Inguinal Hernia – Causes, Symptoms, Differential diagnosis, Treatment

Article by Dr Raghuram Y.S. MD (Ay) and Dr Manasa, B.A.M.S
An inguinal hernia is a protrusion of ‘contents of abdominal cavity’ through inguinal canal.

Inguinal canal – There is a canal called inguinal canal which connects the abdomen and the inguinal region (lower part of the belly near the fold between your thigh and scrotum in male and vagina in females). Anatomically inguinal region corresponds to either the ‘groin’ or the ‘lower lateral regions of the abdomen’.

The inguinal canal is a tubular structure that runs infero-medially and contains the spermatic cord in males and the round ligament in the females.

When the abdominal contents, mainly the coils of intestine get displaced and enter the inguinal canal and progress towards the scrotum (bag like structure which holds testicles), they cause a bulge in the groin and scrotum along with pain and discomfort. This condition is called ‘inguinal hernia’.

The symptoms include pain and discomfort, which are mainly evident while coughing, exercise or bowel movements (when pressure moves downwards) and is present in about 66% of affected people.

Symptoms of inguinal hernia worsen throughout the day (often) and improve when lying down. Right sided hernias are more often seen than the left sided ones. When the blood supply to apart of intestine (protruding in the hernia) gets blocked, that part of intestine which is depleted of blood supply gets strangulated. This causes severe pain and tenderness in the afflicted area.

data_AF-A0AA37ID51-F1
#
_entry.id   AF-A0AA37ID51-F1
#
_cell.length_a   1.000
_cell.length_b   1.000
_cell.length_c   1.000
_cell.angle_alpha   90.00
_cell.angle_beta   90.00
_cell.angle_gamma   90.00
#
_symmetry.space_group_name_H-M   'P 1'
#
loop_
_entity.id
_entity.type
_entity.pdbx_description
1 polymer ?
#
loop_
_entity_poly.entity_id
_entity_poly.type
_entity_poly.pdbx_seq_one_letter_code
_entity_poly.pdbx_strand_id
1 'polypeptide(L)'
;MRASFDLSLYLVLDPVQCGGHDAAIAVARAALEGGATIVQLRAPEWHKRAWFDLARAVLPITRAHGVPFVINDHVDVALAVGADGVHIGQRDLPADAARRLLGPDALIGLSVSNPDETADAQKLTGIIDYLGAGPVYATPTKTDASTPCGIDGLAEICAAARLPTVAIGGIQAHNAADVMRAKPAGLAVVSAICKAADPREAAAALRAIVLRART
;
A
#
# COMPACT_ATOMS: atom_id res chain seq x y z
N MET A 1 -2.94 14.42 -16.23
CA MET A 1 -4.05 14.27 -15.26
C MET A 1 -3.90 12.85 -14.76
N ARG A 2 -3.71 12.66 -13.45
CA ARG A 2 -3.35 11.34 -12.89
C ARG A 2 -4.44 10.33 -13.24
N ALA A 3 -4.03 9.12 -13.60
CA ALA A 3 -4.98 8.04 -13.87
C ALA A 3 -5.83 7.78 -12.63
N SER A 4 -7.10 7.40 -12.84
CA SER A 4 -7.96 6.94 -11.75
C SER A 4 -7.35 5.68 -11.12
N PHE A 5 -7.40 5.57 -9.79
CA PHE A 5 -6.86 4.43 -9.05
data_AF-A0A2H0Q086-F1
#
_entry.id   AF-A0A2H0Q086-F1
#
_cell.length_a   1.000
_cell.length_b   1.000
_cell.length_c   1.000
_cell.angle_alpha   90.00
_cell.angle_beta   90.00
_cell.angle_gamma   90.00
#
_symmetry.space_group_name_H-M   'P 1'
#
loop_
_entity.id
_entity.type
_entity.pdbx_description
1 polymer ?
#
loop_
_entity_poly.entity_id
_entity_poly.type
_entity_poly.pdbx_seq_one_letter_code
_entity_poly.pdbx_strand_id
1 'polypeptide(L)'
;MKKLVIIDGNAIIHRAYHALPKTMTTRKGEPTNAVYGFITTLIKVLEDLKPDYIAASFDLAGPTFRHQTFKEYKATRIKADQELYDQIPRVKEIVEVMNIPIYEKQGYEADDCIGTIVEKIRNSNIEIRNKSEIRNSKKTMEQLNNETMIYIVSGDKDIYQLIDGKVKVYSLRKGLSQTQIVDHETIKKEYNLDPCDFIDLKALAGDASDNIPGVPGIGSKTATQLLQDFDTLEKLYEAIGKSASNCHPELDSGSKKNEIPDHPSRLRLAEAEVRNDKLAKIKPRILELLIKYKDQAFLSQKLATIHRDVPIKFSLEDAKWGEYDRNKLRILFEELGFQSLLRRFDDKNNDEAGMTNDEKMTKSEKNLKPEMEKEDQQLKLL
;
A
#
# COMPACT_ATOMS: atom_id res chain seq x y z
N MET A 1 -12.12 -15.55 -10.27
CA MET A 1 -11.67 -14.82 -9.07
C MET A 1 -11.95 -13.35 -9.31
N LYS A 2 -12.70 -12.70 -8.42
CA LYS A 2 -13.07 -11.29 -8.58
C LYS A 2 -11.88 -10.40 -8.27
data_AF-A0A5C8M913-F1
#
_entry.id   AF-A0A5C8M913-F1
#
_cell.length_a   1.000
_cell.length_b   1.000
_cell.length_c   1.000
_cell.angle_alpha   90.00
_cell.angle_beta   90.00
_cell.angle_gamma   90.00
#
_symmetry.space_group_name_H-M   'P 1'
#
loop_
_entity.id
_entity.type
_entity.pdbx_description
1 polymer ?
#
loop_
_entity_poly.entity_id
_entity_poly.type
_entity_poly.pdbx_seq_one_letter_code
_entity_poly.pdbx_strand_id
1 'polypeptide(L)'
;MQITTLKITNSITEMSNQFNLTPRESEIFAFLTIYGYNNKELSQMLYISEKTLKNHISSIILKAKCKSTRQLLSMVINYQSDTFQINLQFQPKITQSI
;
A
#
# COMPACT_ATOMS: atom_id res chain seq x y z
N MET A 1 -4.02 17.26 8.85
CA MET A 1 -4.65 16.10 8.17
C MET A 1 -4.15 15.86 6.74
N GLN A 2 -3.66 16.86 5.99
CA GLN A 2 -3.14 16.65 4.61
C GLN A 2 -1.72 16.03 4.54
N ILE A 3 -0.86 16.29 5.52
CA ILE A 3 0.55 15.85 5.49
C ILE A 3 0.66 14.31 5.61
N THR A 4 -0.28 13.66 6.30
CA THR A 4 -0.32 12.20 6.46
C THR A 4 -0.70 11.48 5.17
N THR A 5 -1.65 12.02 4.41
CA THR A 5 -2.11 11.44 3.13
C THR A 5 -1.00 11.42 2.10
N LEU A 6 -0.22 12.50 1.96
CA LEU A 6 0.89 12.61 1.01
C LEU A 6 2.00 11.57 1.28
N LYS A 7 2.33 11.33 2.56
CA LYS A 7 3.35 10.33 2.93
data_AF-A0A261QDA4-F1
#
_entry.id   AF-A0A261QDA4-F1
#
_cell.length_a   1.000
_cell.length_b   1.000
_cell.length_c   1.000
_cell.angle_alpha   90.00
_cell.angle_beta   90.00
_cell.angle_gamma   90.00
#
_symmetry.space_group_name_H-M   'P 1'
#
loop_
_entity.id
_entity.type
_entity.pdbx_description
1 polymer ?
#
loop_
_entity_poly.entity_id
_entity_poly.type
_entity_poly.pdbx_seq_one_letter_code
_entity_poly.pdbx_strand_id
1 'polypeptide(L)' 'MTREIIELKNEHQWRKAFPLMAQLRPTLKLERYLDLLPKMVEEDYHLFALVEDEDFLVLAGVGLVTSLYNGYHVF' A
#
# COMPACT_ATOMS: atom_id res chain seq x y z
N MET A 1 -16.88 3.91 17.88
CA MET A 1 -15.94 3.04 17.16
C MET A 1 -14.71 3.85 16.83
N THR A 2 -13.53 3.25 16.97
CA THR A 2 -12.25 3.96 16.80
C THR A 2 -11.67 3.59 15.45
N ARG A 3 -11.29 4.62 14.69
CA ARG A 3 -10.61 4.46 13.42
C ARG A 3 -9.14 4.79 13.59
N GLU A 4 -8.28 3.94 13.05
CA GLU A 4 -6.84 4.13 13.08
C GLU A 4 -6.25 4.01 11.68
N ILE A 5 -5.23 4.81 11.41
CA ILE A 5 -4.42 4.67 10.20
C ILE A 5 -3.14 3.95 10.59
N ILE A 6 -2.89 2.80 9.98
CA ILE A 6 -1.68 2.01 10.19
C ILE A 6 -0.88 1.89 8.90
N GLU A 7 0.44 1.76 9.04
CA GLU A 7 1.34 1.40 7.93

Gist of Co-factors or mechanical and chemical causes of ‘Inguinal hernia’

  • Any mechanical movement or posture which exerts stress on the abdominal wall or floor
  • Acute and or chronic constipation
  • Straining bowel movements
  • Forcibly pushing down the abdominal gas (flatus, fart)
  • Chronic cough
  • Violent sneezing
  • Excessive eating
  • Lifting heavy objects
  • Violent exercises and too much athleticism
  • Sedentary life, too less exercise
  • Incorrect and too frequent bending
  • Long distance marathons, cycling and or too much swimming
  • Too tight waist belts
  • Alcohol and smoking
  • Prescription drugs that weaken the digestive system
  • Frozen, canned or junk foods, too much nutrient supplements, cold beverages, artificially sweetened sodas

Signs and Symptoms of Inguinal Hernia
Bulge in the groin which
– Becomes prominent when coughing, straining or standing up
– Are rarely painful
– Commonly disappears on lying down
– Gets associated with mild discomfort over a period of time

Incarcerated hernia – When the bulge cannot be reduced or placed back into the abdomen it is said to be ‘incarcerated’. This condition requires emergency surgery.

Strangulated Bowel – It occurs when the blood supply to the part of intestine is blocked. It is a type of incarcerated indirect inguinal hernia. It should be suspected when significant pain is associated with hernia. This may lead to gut ischemia (loss of blood) and gangrene with fatal consequences.